3 strategies to maximize your return on marketing

Establishing a marketing plan that works for your business—and budget.

Marketing is an essential tool for any growing business. But finding the money for a marketing campaign can be extra challenging on a startup budget when every dollar (and minute of the day) is carefully accounted for. Fortunately, how much you spend on marketing can be less important than how effective your marketing is.

Whether you call it return on marketing investment (ROMI) or return on marketing spend (ROMS), the concept is the same: determining whether your hard-earned money is well allocated. “That’s how you become efficient: Quit spending on ideas that don’t work,” says Ivana Taylor, a low-cost marketing leader and publisher of a small business marketing website.

These days there are many ways to market your business, from old-school, in-person tactics to the latest algorithm-driven social media ads. But simply jumping on ideas and trying out strategies without forethought or data is what Taylor calls “slot machine marketing.” Like taking your chances at a casino, “do it a thousand times; you might hit on something,” she says. More likely, you’re burning time, money or both.

That’s why a little planning, research and data can go a long way to improving your marketing plan’s outcomes. Here are three things to consider to maximize your ROMI.

  1. Establish baselines

    Make sure you have a handle on your business’s benchmarks—for example, the number of leads you typically generate over a set period—so you can determine whether your marketing investment results in true incremental lift. What did the marketing dollar get you that you may not have gotten otherwise? In this way, you approach your marketing efforts systematically.

    You’ll automatically get a better return on your investment if you spend less in the first place, which is why Taylor recommends choosing a lowest total cost strategy for your marketing campaign. “As small business owners, your No. 1 focus should be lowest total cost,” Taylor says. “Always be looking at that, especially as a solopreneur.”

    Take a busy restaurateur who might not have a minute to spare while she’s heading up a kitchen and managing the front of house. Paying an expert to optimize search engine optimization might be her lowest total cost option since her time is money. For a fledging jewelry business owner, on the other hand, money might be tight, but time to attend trade shows or put up a booth at a local market is abundant. Either way, you first need to know precisely how much your time is worth, then choose the plan with the lowest total cost.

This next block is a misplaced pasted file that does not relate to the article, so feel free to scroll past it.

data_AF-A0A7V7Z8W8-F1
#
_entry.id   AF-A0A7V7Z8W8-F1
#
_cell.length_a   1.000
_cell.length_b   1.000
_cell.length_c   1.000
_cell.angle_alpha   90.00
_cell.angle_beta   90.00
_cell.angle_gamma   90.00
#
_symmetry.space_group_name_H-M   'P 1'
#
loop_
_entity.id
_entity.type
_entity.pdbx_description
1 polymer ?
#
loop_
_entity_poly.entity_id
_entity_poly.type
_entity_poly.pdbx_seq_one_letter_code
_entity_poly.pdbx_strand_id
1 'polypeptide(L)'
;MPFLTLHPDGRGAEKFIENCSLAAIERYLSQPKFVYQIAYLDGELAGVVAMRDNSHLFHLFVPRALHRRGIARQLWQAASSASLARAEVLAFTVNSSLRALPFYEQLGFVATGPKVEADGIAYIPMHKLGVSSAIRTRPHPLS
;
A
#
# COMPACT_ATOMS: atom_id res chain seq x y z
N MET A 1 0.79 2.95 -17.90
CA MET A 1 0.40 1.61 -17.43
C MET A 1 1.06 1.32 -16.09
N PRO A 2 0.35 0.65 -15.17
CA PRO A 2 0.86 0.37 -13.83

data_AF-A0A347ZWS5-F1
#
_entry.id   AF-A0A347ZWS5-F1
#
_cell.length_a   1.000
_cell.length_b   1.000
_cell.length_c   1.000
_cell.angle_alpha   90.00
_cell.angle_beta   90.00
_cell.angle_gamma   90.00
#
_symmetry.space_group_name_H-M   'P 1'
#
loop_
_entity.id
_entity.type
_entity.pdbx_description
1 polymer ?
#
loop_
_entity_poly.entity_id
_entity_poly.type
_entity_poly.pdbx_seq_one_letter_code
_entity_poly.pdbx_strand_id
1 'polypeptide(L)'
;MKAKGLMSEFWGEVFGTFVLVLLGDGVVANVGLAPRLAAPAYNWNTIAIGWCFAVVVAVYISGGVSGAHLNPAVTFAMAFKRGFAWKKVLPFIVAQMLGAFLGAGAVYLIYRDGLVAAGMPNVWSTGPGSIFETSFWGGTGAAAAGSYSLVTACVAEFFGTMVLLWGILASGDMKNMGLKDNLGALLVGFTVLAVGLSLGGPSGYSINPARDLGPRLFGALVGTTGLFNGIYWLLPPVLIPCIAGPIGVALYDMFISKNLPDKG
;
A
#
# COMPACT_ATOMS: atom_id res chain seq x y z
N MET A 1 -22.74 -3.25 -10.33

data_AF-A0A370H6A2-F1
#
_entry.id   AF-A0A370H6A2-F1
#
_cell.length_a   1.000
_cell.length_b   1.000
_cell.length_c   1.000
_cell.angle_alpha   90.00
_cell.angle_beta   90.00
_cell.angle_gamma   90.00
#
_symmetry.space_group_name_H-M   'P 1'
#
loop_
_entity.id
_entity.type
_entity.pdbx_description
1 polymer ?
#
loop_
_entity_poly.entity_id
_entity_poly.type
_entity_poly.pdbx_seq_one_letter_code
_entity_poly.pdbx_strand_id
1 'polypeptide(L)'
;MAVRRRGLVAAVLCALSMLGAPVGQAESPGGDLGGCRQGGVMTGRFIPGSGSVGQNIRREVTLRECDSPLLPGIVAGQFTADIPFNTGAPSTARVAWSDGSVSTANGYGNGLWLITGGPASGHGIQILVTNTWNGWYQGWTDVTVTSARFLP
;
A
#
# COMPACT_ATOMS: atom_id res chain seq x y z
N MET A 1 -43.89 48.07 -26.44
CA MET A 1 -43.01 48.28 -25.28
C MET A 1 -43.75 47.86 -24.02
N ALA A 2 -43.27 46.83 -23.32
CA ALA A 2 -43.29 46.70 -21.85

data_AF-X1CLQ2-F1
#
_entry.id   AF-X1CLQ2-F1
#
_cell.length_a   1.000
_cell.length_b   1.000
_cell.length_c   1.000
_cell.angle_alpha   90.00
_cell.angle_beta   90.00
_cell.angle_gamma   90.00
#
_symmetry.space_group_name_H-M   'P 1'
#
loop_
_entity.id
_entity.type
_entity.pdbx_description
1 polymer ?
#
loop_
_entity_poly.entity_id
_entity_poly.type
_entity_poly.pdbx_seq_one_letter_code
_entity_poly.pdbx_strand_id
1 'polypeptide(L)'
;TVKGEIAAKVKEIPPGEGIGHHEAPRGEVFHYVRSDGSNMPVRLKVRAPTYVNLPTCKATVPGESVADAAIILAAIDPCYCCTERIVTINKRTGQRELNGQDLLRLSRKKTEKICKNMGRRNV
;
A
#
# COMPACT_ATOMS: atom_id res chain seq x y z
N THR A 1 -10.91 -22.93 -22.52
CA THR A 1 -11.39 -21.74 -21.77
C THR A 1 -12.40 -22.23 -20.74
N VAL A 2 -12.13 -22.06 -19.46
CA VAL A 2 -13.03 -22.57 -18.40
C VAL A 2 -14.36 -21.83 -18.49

2. Use data wisely

    Digital marketing strategies allow you to monitor data in real time. You can target specific customers or change marketing messages as your campaign progresses. So take advantage of the data. Taylor, for example, acquired a list of email addresses for potential webinar customers for her own business. By following the open rates on her email newsletter and continually whittling down the list to those who engaged with her content, Taylor found and focused on her target audience. She was able to find people who actually wanted to pay for her expertise.

    Eliminating underperforming tactics helps you maximize your ROMI quickly. If you are using analytics, however, beware of making changes too quickly. You want to look for trends and ensure you understand your campaign’s impact over time, not just react to the first wave of data. But if a campaign isn’t working at all, then by all means, make a change quickly.

  3. Choose what’s right for your business

    Your customer is your customer—and since you’ve thoroughly researched them before you even started your marketing campaign, you know exactly what they want. Your marketing plan reflects that.

    But your marketing campaigns should also be organic to you as a small business owner. “Your strategy has to be what you’re going to do on your worst day,” she says, be it content marketing, direct marketing or advertising.

    Keep in mind that digital marketing isn’t the only path, even in a digital era. Algorithms change constantly and search engine trends can be difficult to keep pace with. This might mean—especially for small businesses that don’t have whole marketing departments—taking on marketing specialists (and their fees). That’s why Taylor doesn’t discount old-fashioned strategies. “Cold calling is back, conversations are back,” she says.

Remember your goals

Lastly, remember that your marketing investment might have less immediate returns. Goals such as improving brand awareness and building relationships with customers might take longer to show results. Although measuring ROI is important, also consider what ideals your brand stands for and what value you’re delivering to your customers and potential customers.

With these strategies in mind, your dollars might just go farther. “You will be spending money on marketing, but it's the right money,” Taylor says.

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